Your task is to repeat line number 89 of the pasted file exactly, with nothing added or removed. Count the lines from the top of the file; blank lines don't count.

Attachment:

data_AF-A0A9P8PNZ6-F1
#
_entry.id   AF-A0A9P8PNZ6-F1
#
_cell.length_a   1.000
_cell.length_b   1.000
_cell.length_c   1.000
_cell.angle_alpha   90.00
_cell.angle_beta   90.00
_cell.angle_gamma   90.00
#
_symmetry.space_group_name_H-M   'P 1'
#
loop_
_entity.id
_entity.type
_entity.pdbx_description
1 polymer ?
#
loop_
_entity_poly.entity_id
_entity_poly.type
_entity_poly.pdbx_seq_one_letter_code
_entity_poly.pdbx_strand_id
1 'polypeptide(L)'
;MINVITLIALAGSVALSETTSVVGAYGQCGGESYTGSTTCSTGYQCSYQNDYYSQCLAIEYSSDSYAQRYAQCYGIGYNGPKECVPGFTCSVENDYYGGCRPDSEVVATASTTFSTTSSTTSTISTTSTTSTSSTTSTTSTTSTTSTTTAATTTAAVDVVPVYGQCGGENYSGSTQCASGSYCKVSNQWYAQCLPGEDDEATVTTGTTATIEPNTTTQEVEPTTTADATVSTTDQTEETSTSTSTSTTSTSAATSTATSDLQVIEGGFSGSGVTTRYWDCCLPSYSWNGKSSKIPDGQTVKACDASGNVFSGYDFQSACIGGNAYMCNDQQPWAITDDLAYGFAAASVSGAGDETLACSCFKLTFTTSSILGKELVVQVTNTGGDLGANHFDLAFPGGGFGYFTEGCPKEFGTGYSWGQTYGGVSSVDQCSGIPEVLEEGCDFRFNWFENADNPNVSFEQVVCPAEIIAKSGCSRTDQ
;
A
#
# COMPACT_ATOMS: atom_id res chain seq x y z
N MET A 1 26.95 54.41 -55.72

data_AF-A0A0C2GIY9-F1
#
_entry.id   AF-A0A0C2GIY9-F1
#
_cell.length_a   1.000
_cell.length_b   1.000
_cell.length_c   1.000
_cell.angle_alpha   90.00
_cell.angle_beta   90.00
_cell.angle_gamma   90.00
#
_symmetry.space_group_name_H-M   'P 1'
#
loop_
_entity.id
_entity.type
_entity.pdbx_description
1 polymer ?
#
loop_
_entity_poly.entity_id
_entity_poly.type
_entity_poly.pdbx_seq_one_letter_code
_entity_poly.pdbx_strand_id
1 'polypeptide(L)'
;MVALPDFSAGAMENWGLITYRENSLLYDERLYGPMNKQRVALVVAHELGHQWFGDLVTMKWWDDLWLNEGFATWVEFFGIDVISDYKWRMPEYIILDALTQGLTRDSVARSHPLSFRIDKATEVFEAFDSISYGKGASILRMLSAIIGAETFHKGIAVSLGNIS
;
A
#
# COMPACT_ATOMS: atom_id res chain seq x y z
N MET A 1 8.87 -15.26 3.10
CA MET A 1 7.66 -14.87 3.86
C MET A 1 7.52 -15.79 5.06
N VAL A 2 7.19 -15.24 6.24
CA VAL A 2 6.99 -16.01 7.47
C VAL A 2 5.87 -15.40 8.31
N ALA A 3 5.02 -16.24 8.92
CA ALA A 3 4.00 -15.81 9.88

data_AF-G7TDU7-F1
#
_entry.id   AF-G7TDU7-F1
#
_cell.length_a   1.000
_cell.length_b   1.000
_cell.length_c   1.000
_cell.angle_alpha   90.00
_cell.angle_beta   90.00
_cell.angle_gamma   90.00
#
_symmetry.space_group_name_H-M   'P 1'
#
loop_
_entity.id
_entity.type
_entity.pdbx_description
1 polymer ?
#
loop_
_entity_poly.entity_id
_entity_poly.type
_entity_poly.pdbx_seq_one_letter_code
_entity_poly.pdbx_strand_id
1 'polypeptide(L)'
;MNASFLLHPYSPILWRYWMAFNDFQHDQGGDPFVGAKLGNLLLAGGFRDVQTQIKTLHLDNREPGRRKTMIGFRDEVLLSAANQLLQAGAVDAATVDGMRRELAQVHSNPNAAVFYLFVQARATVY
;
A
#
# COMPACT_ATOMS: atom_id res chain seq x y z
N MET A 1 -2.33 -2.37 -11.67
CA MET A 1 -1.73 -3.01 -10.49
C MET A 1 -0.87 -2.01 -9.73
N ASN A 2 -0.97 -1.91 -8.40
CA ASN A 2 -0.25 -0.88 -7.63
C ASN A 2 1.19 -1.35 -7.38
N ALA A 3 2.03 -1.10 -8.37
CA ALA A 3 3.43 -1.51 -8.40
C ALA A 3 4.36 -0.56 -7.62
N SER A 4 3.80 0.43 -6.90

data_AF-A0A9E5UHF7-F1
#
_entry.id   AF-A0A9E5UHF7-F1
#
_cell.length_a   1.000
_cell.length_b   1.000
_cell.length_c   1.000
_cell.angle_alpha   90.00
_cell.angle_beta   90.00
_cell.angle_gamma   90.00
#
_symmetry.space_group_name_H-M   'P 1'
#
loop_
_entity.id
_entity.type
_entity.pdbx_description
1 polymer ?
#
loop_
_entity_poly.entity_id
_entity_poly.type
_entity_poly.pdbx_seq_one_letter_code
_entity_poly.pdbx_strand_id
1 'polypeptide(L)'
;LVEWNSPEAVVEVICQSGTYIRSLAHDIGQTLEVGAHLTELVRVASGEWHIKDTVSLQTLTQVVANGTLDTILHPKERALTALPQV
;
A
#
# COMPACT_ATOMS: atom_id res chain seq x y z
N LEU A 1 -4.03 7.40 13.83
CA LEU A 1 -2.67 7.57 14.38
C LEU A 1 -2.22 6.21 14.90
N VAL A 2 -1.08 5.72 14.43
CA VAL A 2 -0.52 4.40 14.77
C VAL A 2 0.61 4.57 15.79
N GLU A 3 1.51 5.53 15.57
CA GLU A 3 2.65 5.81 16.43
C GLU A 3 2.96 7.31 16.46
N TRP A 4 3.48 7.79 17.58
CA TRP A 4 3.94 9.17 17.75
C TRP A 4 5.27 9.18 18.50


loop_